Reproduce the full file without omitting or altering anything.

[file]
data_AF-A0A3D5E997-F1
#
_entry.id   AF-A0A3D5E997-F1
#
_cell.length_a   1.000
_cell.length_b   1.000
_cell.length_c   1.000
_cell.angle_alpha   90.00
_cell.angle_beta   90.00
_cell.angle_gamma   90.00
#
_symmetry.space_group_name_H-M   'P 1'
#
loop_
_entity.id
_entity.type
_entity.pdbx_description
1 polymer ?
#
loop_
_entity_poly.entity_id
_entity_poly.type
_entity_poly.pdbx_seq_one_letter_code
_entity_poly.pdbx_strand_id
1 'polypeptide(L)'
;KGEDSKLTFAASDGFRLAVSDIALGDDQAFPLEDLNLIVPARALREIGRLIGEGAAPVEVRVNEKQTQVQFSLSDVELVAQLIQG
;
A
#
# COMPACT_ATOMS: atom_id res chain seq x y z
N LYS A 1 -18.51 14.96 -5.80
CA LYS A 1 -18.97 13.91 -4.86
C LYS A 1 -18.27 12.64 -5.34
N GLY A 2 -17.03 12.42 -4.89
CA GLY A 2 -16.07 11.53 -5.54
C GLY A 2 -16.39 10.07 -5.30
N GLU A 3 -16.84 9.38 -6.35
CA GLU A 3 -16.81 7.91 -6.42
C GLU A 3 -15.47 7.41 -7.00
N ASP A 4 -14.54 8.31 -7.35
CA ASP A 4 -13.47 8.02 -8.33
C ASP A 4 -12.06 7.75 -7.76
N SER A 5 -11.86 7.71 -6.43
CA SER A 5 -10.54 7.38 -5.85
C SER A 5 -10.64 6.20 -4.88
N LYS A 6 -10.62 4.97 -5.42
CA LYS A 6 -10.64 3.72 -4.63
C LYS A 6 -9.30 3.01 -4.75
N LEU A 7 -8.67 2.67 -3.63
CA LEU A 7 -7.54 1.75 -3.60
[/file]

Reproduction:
data_AF-A0A3D5E997-F1
#
_entry.id   AF-A0A3D5E997-F1
#
_cell.length_a   1.000
_cell.length_b   1.000
_cell.length_c   1.000
_cell.angle_alpha   90.00
_cell.angle_beta   90.00
_cell.angle_gamma   90.00
#
_symmetry.space_group_name_H-M   'P 1'
#
loop_
_entity.id
_entity.type
_entity.pdbx_description
1 polymer ?
#
loop_
_entity_poly.entity_id
_entity_poly.type
_entity_poly.pdbx_seq_one_letter_code
_entity_poly.pdbx_strand_id
1 'polypeptide(L)'
;KGEDSKLTFAASDGFRLAVSDIALGDDQAFPLEDLNLIVPARALREIGRLIGEGAAPVEVRVNEKQTQVQFSLSDVELVAQLIQG
;
A
#
# COMPACT_ATOMS: atom_id res chain seq x y z
N LYS A 1 -18.51 14.96 -5.80
CA LYS A 1 -18.97 13.91 -4.86
C LYS A 1 -18.27 12.64 -5.34
N GLY A 2 -17.03 12.42 -4.89
CA GLY A 2 -16.07 11.53 -5.54
C GLY A 2 -16.39 10.07 -5.30
N GLU A 3 -16.84 9.38 -6.35
CA GLU A 3 -16.81 7.91 -6.42
C GLU A 3 -15.47 7.41 -7.00
N ASP A 4 -14.54 8.31 -7.35
CA ASP A 4 -13.47 8.02 -8.33
C ASP A 4 -12.06 7.75 -7.76
N SER A 5 -11.86 7.71 -6.43
CA SER A 5 -10.54 7.38 -5.85
C SER A 5 -10.64 6.20 -4.88
N LYS A 6 -10.62 4.97 -5.42
CA LYS A 6 -10.64 3.72 -4.63
C LYS A 6 -9.30 3.01 -4.75
N LEU A 7 -8.67 2.67 -3.63
CA LEU A 7 -7.54 1.75 -3.60